Wednesday, February 02, 2005

Amen Sister

I got a catalog in the mail from Daedalus Books, and they have major discount books -- everything seemed to be priced between $4 and $7 in the catalog. Not everything is great in the catalog, but there were a few things that were worth the price. So I picked up a wall calendar, a copy of Pattern Recognition by William Gibson (I borrowed it from the library and always meant to purchase it) and a book called The Quotable Book Lover -- basically quotes from authors. I thought it would be fun for times like this, when I haven't had time to read too much.

So today's installment is:

As for writing, at thirty I was still writing, reading; tearing up industriously. I had not published a word (save reviews). I despaired. Perhaps at that age one is really most a writer. Then one cannot write, not for lack of skill, but because the object is too near, too vast. I think perhaps it mst recede before one can take a pen to it.

-- Virginia Woolf

I took some degree of comfort in that quote. Just the whole idea that maybe it's okay to be 34 and still in the beginning stages of the fiction writing career. Every once in a while you'll hear of some promising youngster getting some novel published and not even appreciating the huge amounts of effort it takes some people to get to that point, but I think there are even more people who struggle longer to make that breakthrough. And to never give up is an important rule of thumb.

Of course, I think her whole point is that when you're younger, you might not have the seasoned view -- the detachment from living life -- that you may gain when you're older. And true, my tone and style has changed a whole lot. But I took some degree of solace in the quote.

Write on,



Blogger Jen said...

Yeah, most of the young published writers I've read were pretty one note--most of them went on to write identical second or third novels. Perhaps that's what they thought their audience wanted, or perhaps they felt (because of their early literary success) there was no need to change. Remember that whole brat pack-Bennington College eighties bunch who wrote absolute crap? (Bret Easton Ellis...)

Daedadlus books is right off rte 32 here. I've also wanted to go, but I never find myself down that way. I imagine it's a lot like Atlantic Books?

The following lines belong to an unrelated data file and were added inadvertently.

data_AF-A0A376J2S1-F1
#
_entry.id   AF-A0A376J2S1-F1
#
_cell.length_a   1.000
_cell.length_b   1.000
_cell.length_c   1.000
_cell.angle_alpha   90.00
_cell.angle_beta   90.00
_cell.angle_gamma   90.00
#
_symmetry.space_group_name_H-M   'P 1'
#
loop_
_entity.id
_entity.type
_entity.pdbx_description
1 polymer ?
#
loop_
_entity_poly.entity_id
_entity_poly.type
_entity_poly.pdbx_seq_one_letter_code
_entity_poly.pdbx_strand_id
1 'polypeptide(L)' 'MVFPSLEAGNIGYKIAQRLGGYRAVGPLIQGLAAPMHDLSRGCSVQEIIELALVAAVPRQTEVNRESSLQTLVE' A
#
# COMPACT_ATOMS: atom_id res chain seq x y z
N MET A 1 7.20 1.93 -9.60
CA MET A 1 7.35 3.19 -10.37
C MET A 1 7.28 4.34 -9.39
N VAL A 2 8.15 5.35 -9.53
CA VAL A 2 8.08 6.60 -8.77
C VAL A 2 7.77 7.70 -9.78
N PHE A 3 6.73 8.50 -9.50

8:30 AM  
Blogger Broadsheet said...

If you want a fun, literary day trip, you owe it to yourself to head up to PA and visit Baldwin's Book Barn in Westchester, PA. I used to live near there and wasted many a weekend and a lot of $$ in the place. It's wonderful. It's also close to Longwood Gardens and some other attractions that you could easily make a weekend of it as well.

"A woman must have money and a room of her own if she is to write fiction." - Virginia Woolf

9:27 AM  
Blogger Jeff said...

This is completely unrelated, but I thought you crazy writers might get a kick out of this (sorry if you've already seen it):

Everything You Need to Know About Writing Successfully: in Ten Minutes, by Stephen King

4:43 PM  
Blogger Hebdomeros said...

Often what happens with the flash in the pan types is that they create something unique, but after the novelty of their style wears off there's not a lot there. A few make it, obviously. Some lose it, and others like Salinger go crazy. Gibson I thought was losing it, but Pattern Recognition changed my mind. A very good book, I thought.

Nice list from King there. Pretty funny.

5:29 PM  
Blogger LadyLitBlitzin said...

Hee hee -- yeah, Jen, that brat pack bunch is a good example.

Linda, where is Westchester? It sounds like a nice day trip.

Jeff -- that's a great link! Thank you, it's good advice.

Hebdomeros, Yeah, I think success too early can really mess with someone's mind. But yeah, Gibson wrote some kind of crappy stuff after Neuromancer, but he's back on target with Pattern Recognition.

10:12 PM  
Anonymous Anonymous said...

There are some extremely talented authors who began young and have continued in their adulthood. Kenneth Oppel, Isabelle Cormody, and Gordon Korman to name a few.

But what makes a writer great isn't where s/he starts but where s/he finishes. Remember this rule of thumb:
"The difference between a published author and an aspiring writer is that the former never gave up."

Never give up.

2:13 AM  
Blogger maikopunk said...

whenever I hear of some precious young thing being handed a contract for $$$, I just think "I hate overachievers." (Not those chick-lit phenoms so much as the young brilliants just turned out from prestigious writing programs.)
I was working in a bookstore when an old classmate got his first novel published (he had written it at Columbia, grrr.) and I couldn't help wanting to knock over the stacks on the front tables. Now I can't surpress a giggle when I come across it in a remainder bin.
So yeah, I take comfort in the idea that you have to live a little, have some jobs, travel, alienate some people before you can really write, and that if I'm 29 I've still got some time. Right? Right???

2:33 PM  
Blogger LadyLitBlitzin said...

Of course you've still got time, Maikopunk! :) That was exactly what I meant to convey with that post. :)

And Anonymous -- you're right, the former never gave up. That's what we aspire to!!

4:57 PM  

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